The mitigation strategy of the schools has been praised by health officials, including by Dr. Francisco Garcia, county chief medical officer, who credited them with keeping caseloads down just last week. However, Cullen said the main hole in school mitigation strategies has been implementing masking, and Eller reaffirmed the importance of masking to protect children.

“We know through the literature that we’ve seen that masking decreases the risk of outbreaks within school settings,” he said. “Districts that do not have masking mandates in place have a 3.5 percent more likely chance of in-school outbreak transmission,” referring to a study penned by both Maricopa and Pima County health officials.

However, Eller also said that the sharp increase in school-reported cases is caused by the large increase in community transmission, not in-school transmission. Cullen and Eller floated the idea that the week's jump in cases might have to do with fall festivals like Halloween but said they don’t have enough information to make that conclusion.

Cullen said that what the current rise in caseloads “means for the community is an increasing need to ensure that we can get vaccinated.”

“Overall, this is a call to the community that people who have not been vaccinated need to vaccinate,” she said. “That people that have been vaccinated more than six months ago need to get their booster and 5-to-11-year olds need to vaccinate.”

Last Friday, the Food and Drug Administration authorized the Pfizer-BioNTech vaccine for children 5-11, with the smaller doses for children. Pima County officials outlined a plan to begin vaccinating children with an initial allocation of 11,400 pediatric doses sent to 15 health-care providers.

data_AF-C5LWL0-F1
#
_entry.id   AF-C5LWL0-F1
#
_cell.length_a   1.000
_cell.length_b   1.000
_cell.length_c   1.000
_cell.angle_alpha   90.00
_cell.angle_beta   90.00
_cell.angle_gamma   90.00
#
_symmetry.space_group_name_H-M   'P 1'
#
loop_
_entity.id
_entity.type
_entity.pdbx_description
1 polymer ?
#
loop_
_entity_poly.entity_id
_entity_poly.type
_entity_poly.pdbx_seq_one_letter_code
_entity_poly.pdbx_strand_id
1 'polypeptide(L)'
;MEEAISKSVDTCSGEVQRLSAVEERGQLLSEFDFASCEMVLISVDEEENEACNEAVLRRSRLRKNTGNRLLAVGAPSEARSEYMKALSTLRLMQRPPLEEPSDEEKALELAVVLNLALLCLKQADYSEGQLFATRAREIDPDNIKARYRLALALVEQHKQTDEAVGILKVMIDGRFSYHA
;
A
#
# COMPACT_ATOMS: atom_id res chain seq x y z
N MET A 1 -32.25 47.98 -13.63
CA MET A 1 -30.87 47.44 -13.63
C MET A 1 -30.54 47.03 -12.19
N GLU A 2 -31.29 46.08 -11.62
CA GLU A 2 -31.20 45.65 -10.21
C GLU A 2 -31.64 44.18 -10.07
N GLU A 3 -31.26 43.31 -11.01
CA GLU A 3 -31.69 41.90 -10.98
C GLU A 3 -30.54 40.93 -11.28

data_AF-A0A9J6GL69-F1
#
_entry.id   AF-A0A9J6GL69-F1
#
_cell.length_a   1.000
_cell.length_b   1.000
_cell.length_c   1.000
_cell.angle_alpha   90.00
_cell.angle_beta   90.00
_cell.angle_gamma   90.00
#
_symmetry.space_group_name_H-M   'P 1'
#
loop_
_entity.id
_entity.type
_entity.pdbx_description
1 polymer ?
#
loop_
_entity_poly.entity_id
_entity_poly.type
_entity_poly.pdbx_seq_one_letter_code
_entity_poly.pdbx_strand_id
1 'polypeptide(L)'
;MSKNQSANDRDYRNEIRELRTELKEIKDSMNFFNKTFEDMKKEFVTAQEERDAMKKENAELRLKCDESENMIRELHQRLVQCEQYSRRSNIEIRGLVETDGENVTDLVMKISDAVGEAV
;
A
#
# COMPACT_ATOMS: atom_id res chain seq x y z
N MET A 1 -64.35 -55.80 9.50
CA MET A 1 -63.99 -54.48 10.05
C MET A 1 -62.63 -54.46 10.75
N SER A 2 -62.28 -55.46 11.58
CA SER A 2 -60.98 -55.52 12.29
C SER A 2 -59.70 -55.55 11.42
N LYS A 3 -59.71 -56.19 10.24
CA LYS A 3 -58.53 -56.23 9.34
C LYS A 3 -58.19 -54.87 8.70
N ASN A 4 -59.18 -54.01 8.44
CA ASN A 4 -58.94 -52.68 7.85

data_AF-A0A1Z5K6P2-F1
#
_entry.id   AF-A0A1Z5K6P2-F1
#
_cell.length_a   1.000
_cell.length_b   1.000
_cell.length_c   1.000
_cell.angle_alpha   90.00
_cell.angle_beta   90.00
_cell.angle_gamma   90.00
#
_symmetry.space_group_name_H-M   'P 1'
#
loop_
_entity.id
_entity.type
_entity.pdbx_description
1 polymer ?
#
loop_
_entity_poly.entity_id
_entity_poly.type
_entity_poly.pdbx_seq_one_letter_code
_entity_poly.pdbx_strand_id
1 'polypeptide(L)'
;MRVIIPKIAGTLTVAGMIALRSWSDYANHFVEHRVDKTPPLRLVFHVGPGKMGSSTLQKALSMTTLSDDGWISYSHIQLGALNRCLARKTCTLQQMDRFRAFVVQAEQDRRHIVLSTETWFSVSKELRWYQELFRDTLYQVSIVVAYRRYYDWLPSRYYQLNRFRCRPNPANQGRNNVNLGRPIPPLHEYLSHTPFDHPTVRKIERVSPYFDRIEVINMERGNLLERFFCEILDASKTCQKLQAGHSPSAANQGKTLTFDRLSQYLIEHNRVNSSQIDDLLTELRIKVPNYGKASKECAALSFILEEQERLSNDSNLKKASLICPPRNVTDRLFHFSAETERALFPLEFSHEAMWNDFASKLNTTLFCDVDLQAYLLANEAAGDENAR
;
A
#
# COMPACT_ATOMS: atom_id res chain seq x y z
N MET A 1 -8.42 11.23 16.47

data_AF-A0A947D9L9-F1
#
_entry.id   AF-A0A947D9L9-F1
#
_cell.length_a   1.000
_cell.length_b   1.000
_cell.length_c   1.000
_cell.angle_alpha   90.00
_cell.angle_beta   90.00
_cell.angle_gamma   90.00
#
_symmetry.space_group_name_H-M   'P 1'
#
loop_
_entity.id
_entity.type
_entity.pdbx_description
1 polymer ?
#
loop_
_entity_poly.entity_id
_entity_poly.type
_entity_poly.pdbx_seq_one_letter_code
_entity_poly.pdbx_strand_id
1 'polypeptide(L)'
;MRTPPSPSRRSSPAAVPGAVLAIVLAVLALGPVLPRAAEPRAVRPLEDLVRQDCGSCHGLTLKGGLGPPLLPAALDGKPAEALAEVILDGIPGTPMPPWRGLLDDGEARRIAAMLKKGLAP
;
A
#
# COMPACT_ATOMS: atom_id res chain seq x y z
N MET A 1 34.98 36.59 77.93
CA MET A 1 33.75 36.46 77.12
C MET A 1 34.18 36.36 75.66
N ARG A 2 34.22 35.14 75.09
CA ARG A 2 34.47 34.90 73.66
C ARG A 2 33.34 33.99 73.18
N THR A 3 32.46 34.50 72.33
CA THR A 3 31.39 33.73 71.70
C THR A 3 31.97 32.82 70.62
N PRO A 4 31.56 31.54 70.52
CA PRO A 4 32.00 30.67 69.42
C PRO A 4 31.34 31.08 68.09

State officials have said that they expect to deliver 224,700 doses, and Pima County officials have said they expect to distribute 22,000 doses in November, with more doses coming over the next four months.

The total population of Pima County is 60 percent vaccinated, according to the CDC, the over 12 population is 69 percent vaccinated, with 5-11 vaccines rolling out in the coming days. About 79 percent of the over 12 population has at least one shot while 68 percent of the total population does.

Cullen said that the entire U.S. Southwest is “lighting up” on data trackers right now because of a regional surge.

“We are not unique in this situation,” she said. “We’re seeing increasing cases in Pinal, Maricopa, Coconino...People need to get their booster if they’re six months after the completion of their series.”

There are just 10 ICU beds available in Pima County as of last Thursday, though county hospitals had 20 beds available in mid-October, a relatively high availability during the current surge.

Pima County continues to test regularly, Cullen said, and is providing more take-home antigen testing. Take-home positive tests aren’t reported to the county, but Cullen said the increased testing at home is also contributing to high COVID case numbers.

Cullen said that she was reluctant to agree to the idea that the county trend in COVID cases would follow a traditional epidemic curve, or epi-curve, a predictive disease outbreak model that suggests case numbers will reach a peak then drop before rising to lower peaks until infections settle at lower totals. What the county is now seeing, she said, is a rectangle-shaped trend in the COVID cases graph that reflects a “consistently elevated number of cases.”

“I don’t think any of us are surprised by that,” she said. “While we are seeing some increased workload, I do feel comfortable that we’re able to manage it… I’m still comfortable with our county response.”

Bennito L. Kelty is TucsonSentinel.com’s IDEA reporter, focusing on Inclusion, Diversity, Equity and Access stories, and a Report for America corps member.

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Paul Ingram/TucsonSentinel.com

Director of the Pima County Health Department Theresa Cullen speaks to reporters in this May file photo.